This was a Doe trademark case. Oxygen Ocean engaged with the Court and then was voluntarily dismissed allegedly based upon a settlement agreement. Oxygen Ocean, however, subsequently argued that it had not entered into the agreement alleging that the agreement was negotiated by counsel who lacked authority to settle the case or bind Oxygen Oceans. But the Court held that the agreement was valid and enforceable, refusing to set it aside:

  • The agreement is written, with definite terms and appears to be signed by both parties;
  • While Oxygen Oceans’ principle’s ID signature and agreement signature had “significant” differences, there were email exchanges that corroborated the principle’s knowledge of the agreement, its negotiations and its terms. While the principle claimed the email accounts were not his, that was belied by the fact that the principle used at least one of them to correspond with the Court’s deputy at the outset of the case.
  • While Illinois law requires that counsel have authority to settle in order for an agreement to be binding, not just the decision maker’s knowledge, that was not an issue here because of the principle’s signature on the agreement and post-execution indications of assent to the terms.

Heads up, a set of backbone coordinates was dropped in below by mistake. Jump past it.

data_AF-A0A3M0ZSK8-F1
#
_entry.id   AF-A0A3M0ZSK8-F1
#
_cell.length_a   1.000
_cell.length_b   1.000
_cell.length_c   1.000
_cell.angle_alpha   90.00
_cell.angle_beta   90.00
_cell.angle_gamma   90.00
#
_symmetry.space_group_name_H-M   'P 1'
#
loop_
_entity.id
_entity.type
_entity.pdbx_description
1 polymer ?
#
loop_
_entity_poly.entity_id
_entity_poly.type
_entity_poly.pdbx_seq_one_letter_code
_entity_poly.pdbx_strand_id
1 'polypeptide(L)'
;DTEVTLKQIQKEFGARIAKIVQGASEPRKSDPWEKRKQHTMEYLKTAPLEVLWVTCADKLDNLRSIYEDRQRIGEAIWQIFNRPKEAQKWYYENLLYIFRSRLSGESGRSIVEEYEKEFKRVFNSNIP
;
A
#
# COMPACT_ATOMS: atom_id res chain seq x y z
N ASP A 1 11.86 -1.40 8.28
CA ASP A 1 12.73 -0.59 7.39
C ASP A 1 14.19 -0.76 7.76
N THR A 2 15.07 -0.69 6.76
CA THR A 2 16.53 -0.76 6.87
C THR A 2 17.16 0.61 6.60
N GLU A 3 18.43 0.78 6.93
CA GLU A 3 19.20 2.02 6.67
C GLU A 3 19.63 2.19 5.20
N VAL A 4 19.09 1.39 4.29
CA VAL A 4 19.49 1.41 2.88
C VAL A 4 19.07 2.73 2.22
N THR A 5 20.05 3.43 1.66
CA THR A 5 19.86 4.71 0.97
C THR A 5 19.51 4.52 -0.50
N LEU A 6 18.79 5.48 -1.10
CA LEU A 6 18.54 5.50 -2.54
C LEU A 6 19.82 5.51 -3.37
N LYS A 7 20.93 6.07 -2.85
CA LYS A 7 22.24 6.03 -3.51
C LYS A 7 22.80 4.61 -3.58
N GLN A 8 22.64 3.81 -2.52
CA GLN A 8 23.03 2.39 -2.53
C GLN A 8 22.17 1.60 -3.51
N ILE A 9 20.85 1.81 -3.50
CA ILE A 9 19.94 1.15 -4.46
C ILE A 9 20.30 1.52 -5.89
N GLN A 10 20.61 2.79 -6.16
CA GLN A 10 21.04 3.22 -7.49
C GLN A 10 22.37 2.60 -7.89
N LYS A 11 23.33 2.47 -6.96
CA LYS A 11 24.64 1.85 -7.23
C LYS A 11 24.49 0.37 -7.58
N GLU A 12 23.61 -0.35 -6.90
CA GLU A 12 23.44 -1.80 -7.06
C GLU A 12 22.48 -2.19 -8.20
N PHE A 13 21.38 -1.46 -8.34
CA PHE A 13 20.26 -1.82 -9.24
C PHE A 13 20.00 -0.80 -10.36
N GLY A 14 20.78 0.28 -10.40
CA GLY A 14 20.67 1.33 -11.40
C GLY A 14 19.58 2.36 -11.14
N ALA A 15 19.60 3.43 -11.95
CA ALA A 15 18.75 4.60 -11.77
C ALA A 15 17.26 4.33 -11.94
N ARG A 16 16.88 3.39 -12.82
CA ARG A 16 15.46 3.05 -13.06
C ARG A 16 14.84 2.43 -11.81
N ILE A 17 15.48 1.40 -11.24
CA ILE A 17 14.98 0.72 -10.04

While the record did show that Oxygen Oceans lied to the Court to support its argument, the Court refused to award Benefit Cosmetics’ its fees because the lie was made after the briefing and before the fees motion. So, it was not causally connected to the fees in that it did not cause Benefit Cosmetics to incur additional fees. Additionally, as a pro se litigant, the Court felt it was more appropriate to admonish the principle for the false statement and close the case.

Art Akiane LLC v. Art & Soulworks LLC, No. 19-cv-02952, Slip Op. (N.D. Ill. Sep. 16, 2021) (Chang, J.).

Judge Chang ruled on the parties’ choice of law dispute between Colorado and Illinois law in this intellectual property dispute.